Houston Palestinian organizers speak out

by | Jun 7, 2021 | Foreign Affairs, Politics

“We View Our Bodies as a Form of Resistance.” Even as thousands of Houstonians take to the streets in solidarity with Palestine, media coverage is sparse.

Around 15,000 Houstonians took to the streets in solidarity with Palestine over the last three weeks. One rally alone was attended by around 10,000 people, who marched to City Hall demanding an end to the Israeli occupation of the West Bank and the bombing of Gaza. 

Local coverage of the protests was limited, but lead organizers tell the Texas Signal that they were some of the largest and most enthusiastic pro-Palestine rallies they had ever attended, and that more are planned in the near-future. As long as Palestinians remain an ethnically marginalized group, they explained to the Signal, they will continue organizing communal support for Palestine.

Although a tentative ceasefire between Israel and Hamas is holding, the Israeli government is continuing police actions against Palestinians in the West Bank, which Israel has occupied since 1967. 

The Palestinian residents of Sheikh Jarrah in East Jerusalem, whose impending displacement sparked the latest wave of global outrage, are still slated to be evicted from their homes. And 19 Palestinian families living in the East Jerusalem neighborhood of Silwan are facing eviction with the next month. In both cases, Israeli settler organizations are poised to take over the homes of the Palestinians. 

For the Houstonians who organized the rallies in solidarity with Palestine, the ongoing struggle for Palestinian rights is deeply personal. 

To Mohamed Fattouh, an alumni of the University of Houston and organizer with the Palestinian Youth Movement, recognizing Palestinians’ rights has an immediate impact on whether he can see the members of his family who are stuck in Gaza, which has been blockaded since 2007. 

“My parents were mostly raised in Gaza,” Fattouh says during a phone interview with the Signal. Both sides of his family were originally from Mandatory Palestine. They were displaced during the 1948 ethnic cleansing of over 700,000 Palestinians, Fattouh explains.

Palestinians collectively remember this event as the Nakba, which means catastrophe in Arabic, and commemorate on May 15 every year. Israelis celebrate this event as part of its Independence Day, which is observed on May 14. 

While Fattouh was helping to organize the massive Houston City Hall rally on May 15, his family in Gaza were besieged by the Israeli military. “My dad’s uncle, he had his apartment bombed,” he says.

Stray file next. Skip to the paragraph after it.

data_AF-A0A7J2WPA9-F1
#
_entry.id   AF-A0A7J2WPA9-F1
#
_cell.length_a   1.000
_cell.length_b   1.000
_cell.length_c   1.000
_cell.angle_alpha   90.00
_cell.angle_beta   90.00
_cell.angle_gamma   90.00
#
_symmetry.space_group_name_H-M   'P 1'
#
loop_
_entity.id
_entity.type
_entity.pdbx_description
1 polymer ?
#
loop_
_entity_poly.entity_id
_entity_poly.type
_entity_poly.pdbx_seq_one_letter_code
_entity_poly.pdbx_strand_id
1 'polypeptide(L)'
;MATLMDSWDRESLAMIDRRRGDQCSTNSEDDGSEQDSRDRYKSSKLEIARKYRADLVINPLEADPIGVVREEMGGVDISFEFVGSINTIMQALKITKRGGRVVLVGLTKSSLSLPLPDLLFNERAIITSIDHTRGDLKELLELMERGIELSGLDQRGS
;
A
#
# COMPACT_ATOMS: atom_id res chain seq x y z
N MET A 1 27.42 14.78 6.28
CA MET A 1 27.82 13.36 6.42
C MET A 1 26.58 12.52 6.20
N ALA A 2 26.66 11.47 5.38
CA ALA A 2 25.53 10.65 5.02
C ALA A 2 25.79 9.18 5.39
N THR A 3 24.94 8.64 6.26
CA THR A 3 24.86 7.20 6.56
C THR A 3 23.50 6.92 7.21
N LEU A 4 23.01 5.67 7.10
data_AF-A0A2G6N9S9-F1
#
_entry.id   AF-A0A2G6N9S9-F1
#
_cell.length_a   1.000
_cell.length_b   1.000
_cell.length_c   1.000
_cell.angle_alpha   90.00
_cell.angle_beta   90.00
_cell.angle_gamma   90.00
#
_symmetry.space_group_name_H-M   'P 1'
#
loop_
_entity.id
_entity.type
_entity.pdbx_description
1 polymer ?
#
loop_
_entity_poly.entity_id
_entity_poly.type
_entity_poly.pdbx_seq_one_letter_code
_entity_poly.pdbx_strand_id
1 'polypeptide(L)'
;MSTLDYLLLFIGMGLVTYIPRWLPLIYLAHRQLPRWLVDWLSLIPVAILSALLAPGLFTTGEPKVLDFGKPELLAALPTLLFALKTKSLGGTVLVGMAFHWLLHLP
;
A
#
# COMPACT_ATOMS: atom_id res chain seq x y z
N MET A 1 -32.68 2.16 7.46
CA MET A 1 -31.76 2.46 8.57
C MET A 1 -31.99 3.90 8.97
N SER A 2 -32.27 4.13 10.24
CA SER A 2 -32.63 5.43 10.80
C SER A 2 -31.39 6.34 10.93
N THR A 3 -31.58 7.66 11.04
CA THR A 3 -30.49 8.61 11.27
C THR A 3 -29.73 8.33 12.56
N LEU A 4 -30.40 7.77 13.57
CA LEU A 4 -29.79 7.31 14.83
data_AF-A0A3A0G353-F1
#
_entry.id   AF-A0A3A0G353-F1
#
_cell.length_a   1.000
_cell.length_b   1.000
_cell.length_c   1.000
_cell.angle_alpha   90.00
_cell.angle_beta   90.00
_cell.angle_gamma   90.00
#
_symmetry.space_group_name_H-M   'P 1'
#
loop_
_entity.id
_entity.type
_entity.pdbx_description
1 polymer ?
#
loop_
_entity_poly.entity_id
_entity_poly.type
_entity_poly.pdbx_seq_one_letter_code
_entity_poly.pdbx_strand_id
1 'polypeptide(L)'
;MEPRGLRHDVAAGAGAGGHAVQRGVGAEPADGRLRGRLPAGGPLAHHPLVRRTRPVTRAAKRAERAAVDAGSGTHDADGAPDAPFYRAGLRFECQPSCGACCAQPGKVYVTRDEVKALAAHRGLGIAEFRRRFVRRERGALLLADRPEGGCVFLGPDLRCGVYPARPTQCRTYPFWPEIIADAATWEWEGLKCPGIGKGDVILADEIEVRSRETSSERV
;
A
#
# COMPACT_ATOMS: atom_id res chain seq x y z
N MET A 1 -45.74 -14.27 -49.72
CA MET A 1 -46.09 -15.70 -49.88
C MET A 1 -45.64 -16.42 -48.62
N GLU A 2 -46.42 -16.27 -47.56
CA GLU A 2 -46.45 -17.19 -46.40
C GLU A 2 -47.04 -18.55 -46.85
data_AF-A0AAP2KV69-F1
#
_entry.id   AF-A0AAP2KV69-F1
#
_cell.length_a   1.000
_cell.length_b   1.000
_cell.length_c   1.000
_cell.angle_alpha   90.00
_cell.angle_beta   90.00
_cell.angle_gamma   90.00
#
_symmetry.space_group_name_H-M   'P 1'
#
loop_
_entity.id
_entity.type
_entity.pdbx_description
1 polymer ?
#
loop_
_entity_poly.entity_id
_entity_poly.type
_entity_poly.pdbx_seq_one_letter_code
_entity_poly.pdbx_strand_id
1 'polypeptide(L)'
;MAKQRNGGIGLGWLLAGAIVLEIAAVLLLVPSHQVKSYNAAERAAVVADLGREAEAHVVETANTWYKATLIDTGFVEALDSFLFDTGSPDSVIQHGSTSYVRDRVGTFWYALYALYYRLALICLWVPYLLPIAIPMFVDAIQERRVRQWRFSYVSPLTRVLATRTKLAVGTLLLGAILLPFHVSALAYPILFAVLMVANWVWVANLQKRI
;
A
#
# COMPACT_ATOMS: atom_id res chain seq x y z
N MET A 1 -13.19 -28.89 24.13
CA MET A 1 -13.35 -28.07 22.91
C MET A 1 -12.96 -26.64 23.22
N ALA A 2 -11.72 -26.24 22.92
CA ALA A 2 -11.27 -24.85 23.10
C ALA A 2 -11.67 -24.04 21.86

“They gave him a 15-minute warning, so thankfully he was able to grab whatever he could and got out of the apartment.” The Israeli military keeps a close record of where nearly every inhabitant of Gaza lives, and often calls or texts residents in the moments leading up to a bombing of their home that they should leave or risk being killed. Other times, the military will send a mortar to ‘tap’ the rooftop of a building set to be demolished to let residents know their home will be destroyed.

Gaza is also one of the most densely populated areas on Earth, meaning any bomb landing on a building can cause widespread damage to its clustered city blocks. Fattouh relays that his grandparents’ houses windows had been blown out by nearby Israeli shelling, even though they were not the primary target of the bombing. In Gaza, where poverty, hunger, and lack of resources determines daily life, repairing blown-out windows is an added expense few are positioned to afford. 

“When I say ‘Free Palestine,’ It’s because I’m for the freedom of my people,” Fattouh says. 

Mahmoud, another organizer of the recent rallies and member of the University of Houston’s Student for Justice in Palestine group, tells the Signal of the Nakba’s impact on his family. 

“All my grandparents’ villages in Palestine were ethnically cleansed, massacred, and all the inhabitants were either imprisoned, killed, or exiled,” Mahmoud says bluntly during a phone call. 

“My grandmothers had to, as teenagers, walk to Lebanon.” According to Mahmoud, one was able to eventually go to the U.S. before she died, and while another is still stuck in a refugee camp in Lebanon.